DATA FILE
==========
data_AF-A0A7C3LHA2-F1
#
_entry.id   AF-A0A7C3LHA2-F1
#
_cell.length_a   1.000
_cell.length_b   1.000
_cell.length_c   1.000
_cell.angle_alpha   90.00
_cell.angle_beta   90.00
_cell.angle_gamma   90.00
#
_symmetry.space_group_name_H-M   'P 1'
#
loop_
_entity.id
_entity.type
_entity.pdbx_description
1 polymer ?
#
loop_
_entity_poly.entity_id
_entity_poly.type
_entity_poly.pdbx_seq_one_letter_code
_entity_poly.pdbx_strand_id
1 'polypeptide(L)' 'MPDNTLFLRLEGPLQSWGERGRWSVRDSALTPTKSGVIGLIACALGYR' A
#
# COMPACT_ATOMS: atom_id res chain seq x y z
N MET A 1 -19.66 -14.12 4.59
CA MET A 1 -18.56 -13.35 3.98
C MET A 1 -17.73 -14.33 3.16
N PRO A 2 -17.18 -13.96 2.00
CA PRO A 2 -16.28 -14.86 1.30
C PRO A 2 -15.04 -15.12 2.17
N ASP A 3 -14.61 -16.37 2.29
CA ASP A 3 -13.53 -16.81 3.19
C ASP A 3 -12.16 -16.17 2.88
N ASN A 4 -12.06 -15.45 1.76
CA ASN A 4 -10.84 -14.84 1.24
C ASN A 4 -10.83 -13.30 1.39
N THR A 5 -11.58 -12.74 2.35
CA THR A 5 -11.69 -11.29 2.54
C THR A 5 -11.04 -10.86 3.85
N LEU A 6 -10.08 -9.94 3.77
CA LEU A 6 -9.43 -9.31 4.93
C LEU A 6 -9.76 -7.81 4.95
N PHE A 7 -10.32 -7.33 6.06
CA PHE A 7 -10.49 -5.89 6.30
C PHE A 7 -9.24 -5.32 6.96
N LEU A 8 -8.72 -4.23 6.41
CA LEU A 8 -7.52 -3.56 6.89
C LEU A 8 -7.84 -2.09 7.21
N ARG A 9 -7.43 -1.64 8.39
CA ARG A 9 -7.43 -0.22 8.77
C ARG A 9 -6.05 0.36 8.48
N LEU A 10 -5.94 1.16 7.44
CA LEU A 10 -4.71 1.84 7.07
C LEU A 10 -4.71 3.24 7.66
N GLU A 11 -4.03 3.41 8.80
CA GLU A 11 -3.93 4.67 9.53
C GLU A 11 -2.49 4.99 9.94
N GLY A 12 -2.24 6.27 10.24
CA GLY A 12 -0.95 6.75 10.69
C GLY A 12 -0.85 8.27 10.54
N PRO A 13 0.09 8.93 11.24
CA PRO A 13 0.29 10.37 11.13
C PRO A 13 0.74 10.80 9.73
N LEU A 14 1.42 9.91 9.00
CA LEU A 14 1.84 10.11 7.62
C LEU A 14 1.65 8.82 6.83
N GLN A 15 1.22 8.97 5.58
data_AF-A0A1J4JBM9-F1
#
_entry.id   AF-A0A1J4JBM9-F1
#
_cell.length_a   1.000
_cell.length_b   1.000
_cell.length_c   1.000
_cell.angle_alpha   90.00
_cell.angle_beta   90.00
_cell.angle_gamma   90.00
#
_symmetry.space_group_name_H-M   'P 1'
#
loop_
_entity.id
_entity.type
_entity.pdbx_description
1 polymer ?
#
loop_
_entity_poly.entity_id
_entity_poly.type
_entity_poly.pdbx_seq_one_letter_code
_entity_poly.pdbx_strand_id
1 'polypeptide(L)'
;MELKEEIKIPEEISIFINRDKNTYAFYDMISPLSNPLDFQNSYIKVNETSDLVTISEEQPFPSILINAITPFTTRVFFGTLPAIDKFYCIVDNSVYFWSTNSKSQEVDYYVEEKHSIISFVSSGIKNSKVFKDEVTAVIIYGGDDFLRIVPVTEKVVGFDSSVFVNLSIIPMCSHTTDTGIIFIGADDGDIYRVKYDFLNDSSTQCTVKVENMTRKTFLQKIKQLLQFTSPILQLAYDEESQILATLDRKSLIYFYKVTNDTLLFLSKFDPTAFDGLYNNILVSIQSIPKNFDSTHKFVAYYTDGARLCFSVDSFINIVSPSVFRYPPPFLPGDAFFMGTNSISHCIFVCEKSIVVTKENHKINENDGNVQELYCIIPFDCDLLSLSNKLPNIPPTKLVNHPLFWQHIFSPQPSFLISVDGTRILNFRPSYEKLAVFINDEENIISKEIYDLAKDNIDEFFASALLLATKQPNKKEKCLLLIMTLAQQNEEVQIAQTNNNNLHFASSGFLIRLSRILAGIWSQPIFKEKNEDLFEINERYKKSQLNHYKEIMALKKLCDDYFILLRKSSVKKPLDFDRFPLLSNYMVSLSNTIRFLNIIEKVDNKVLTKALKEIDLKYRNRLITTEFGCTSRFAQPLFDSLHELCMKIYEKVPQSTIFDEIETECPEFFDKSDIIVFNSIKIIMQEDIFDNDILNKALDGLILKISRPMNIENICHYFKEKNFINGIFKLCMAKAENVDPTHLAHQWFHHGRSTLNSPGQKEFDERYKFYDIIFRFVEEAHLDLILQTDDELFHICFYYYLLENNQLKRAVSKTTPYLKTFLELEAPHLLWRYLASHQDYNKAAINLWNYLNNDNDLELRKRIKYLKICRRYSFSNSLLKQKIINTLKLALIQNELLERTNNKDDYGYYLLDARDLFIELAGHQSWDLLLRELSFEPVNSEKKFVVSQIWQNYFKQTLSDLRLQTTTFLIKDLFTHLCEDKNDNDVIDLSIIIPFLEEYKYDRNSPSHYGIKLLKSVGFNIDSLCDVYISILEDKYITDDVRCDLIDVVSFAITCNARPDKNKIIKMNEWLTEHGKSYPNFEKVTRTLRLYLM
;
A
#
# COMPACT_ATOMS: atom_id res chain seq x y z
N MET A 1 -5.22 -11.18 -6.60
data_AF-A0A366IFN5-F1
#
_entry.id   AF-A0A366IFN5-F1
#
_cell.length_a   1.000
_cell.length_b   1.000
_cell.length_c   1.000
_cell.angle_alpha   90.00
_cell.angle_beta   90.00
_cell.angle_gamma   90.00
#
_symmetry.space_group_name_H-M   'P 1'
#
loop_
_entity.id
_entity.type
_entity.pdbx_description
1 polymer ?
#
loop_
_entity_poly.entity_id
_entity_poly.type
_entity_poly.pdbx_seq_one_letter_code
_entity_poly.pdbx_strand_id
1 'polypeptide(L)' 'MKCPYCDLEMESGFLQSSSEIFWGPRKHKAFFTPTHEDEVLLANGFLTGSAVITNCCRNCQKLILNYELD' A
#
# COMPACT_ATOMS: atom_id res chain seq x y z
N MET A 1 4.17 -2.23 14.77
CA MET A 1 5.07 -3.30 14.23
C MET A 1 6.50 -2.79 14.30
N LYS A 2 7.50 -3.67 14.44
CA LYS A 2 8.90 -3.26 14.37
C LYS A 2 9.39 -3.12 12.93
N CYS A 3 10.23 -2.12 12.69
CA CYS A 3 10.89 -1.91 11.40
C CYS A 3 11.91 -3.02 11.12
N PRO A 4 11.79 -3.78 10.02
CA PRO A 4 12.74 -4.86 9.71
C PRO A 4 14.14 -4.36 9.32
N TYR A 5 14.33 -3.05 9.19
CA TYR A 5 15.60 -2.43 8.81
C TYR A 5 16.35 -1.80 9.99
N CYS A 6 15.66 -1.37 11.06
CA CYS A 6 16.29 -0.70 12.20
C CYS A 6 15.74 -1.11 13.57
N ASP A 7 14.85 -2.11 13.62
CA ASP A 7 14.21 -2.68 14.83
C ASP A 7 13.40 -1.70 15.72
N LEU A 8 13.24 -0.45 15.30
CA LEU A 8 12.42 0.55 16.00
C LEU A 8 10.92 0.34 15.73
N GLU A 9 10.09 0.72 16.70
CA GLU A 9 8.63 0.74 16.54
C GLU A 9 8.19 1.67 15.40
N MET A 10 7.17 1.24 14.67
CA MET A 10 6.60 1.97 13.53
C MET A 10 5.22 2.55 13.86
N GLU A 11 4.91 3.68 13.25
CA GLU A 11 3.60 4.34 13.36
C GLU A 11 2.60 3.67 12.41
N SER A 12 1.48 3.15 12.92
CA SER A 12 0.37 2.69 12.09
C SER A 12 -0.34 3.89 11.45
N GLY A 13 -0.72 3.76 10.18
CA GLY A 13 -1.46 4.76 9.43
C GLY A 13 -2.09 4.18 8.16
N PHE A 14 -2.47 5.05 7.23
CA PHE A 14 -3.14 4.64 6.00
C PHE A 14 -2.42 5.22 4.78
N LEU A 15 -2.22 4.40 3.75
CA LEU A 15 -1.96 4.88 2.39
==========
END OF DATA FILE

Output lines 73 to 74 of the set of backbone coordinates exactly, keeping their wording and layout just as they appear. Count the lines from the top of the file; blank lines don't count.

_entry.id   AF-A0A1J4JBM9-F1
#